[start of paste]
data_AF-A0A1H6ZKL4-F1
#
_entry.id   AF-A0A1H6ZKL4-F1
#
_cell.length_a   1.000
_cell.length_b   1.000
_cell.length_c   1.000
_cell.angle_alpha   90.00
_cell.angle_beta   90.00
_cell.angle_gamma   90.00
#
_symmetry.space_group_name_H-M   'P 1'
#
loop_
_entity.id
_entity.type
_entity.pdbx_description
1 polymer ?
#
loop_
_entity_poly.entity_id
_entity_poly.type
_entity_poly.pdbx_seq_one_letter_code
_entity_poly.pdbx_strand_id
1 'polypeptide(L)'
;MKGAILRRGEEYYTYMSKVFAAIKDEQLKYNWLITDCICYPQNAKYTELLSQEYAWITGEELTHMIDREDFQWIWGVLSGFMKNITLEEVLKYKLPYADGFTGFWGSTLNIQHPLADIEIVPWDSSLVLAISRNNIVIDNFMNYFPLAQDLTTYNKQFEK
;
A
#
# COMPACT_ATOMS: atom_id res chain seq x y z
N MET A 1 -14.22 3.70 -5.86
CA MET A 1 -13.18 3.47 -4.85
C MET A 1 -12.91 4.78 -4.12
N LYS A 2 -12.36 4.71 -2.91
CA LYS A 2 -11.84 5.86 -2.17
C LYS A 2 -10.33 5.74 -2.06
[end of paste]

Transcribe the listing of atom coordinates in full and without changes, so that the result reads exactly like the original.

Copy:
data_AF-A0A1H6ZKL4-F1
#
_entry.id   AF-A0A1H6ZKL4-F1
#
_cell.length_a   1.000
_cell.length_b   1.000
_cell.length_c   1.000
_cell.angle_alpha   90.00
_cell.angle_beta   90.00
_cell.angle_gamma   90.00
#
_symmetry.space_group_name_H-M   'P 1'
#
loop_
_entity.id
_entity.type
_entity.pdbx_description
1 polymer ?
#
loop_
_entity_poly.entity_id
_entity_poly.type
_entity_poly.pdbx_seq_one_letter_code
_entity_poly.pdbx_strand_id
1 'polypeptide(L)'
;MKGAILRRGEEYYTYMSKVFAAIKDEQLKYNWLITDCICYPQNAKYTELLSQEYAWITGEELTHMIDREDFQWIWGVLSGFMKNITLEEVLKYKLPYADGFTGFWGSTLNIQHPLADIEIVPWDSSLVLAISRNNIVIDNFMNYFPLAQDLTTYNKQFEK
;
A
#
# COMPACT_ATOMS: atom_id res chain seq x y z
N MET A 1 -14.22 3.70 -5.86
CA MET A 1 -13.18 3.47 -4.85
C MET A 1 -12.91 4.78 -4.12
N LYS A 2 -12.36 4.71 -2.91
CA LYS A 2 -11.84 5.86 -2.17
C LYS A 2 -10.33 5.74 -2.06